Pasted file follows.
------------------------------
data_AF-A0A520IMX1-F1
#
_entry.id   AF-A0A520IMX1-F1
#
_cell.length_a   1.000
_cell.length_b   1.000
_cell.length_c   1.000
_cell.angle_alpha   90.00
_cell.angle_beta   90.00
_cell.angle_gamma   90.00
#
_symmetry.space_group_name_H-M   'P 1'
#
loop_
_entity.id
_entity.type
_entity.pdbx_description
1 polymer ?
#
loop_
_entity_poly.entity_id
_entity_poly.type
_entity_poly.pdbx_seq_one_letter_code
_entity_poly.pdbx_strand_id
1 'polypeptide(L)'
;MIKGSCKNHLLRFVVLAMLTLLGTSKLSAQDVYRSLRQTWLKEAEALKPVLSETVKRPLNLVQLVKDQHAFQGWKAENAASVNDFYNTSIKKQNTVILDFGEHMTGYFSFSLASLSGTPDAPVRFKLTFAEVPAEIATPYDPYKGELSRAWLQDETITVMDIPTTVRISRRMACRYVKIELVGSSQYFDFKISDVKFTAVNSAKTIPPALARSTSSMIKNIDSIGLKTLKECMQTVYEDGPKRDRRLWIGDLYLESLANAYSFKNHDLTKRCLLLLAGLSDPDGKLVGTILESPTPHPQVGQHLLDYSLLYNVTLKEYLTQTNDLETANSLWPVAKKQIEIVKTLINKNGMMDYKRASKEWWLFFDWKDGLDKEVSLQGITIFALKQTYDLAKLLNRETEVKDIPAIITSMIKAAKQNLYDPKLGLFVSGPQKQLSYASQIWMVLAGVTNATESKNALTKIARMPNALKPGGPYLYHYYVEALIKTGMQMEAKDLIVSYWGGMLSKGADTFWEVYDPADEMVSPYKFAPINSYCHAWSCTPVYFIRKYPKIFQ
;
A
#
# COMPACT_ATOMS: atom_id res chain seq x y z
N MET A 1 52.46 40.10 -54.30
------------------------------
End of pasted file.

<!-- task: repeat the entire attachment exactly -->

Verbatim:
data_AF-A0A520IMX1-F1
#
_entry.id   AF-A0A520IMX1-F1
#
_cell.length_a   1.000
_cell.length_b   1.000
_cell.length_c   1.000
_cell.angle_alpha   90.00
_cell.angle_beta   90.00
_cell.angle_gamma   90.00
#
_symmetry.space_group_name_H-M   'P 1'
#
loop_
_entity.id
_entity.type
_entity.pdbx_description
1 polymer ?
#
loop_
_entity_poly.entity_id
_entity_poly.type
_entity_poly.pdbx_seq_one_letter_code
_entity_poly.pdbx_strand_id
1 'polypeptide(L)'
;MIKGSCKNHLLRFVVLAMLTLLGTSKLSAQDVYRSLRQTWLKEAEALKPVLSETVKRPLNLVQLVKDQHAFQGWKAENAASVNDFYNTSIKKQNTVILDFGEHMTGYFSFSLASLSGTPDAPVRFKLTFAEVPAEIATPYDPYKGELSRAWLQDETITVMDIPTTVRISRRMACRYVKIELVGSSQYFDFKISDVKFTAVNSAKTIPPALARSTSSMIKNIDSIGLKTLKECMQTVYEDGPKRDRRLWIGDLYLESLANAYSFKNHDLTKRCLLLLAGLSDPDGKLVGTILESPTPHPQVGQHLLDYSLLYNVTLKEYLTQTNDLETANSLWPVAKKQIEIVKTLINKNGMMDYKRASKEWWLFFDWKDGLDKEVSLQGITIFALKQTYDLAKLLNRETEVKDIPAIITSMIKAAKQNLYDPKLGLFVSGPQKQLSYASQIWMVLAGVTNATESKNALTKIARMPNALKPGGPYLYHYYVEALIKTGMQMEAKDLIVSYWGGMLSKGADTFWEVYDPADEMVSPYKFAPINSYCHAWSCTPVYFIRKYPKIFQ
;
A
#
# COMPACT_ATOMS: atom_id res chain seq x y z
N MET A 1 52.46 40.10 -54.30